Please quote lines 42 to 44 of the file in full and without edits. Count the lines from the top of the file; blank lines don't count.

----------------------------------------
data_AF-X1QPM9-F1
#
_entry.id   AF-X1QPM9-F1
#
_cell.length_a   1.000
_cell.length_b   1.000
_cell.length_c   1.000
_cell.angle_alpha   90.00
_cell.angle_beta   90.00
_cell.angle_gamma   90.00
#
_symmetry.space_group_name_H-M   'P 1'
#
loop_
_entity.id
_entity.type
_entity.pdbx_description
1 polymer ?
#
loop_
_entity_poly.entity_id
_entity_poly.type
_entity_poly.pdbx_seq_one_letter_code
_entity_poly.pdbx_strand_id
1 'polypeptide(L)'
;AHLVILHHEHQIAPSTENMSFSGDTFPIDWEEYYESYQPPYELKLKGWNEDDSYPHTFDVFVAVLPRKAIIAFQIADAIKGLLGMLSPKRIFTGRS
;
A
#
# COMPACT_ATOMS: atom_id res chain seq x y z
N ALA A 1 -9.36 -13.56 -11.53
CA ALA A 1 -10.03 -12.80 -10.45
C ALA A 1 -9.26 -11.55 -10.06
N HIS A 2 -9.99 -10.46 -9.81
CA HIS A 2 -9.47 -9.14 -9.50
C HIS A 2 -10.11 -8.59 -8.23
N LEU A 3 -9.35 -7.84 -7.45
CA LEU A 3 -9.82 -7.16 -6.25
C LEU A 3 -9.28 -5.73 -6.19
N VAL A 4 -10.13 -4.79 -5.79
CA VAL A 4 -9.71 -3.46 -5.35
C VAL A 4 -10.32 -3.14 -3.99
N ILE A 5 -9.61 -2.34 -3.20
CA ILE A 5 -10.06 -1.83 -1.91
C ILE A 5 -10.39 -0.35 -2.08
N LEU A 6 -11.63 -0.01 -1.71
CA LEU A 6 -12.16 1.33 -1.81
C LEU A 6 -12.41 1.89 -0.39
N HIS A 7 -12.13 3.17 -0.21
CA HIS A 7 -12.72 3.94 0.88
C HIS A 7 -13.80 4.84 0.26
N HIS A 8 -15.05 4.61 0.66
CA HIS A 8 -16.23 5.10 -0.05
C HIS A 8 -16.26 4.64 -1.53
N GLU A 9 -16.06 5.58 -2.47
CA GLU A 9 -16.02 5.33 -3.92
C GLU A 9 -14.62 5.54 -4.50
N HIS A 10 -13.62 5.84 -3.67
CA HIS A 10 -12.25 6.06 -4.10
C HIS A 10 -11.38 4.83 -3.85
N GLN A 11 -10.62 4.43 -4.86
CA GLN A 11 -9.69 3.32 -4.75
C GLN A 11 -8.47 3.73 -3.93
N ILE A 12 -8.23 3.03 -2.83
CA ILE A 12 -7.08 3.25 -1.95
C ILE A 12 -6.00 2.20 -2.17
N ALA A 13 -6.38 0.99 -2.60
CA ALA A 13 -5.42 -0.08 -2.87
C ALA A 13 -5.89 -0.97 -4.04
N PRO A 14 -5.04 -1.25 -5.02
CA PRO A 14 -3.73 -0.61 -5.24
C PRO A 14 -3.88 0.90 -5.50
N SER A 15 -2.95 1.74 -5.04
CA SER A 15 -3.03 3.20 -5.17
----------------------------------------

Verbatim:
C VAL A 4 -10.32 -3.14 -3.99
N ILE A 5 -9.61 -2.34 -3.20
CA ILE A 5 -10.06 -1.83 -1.91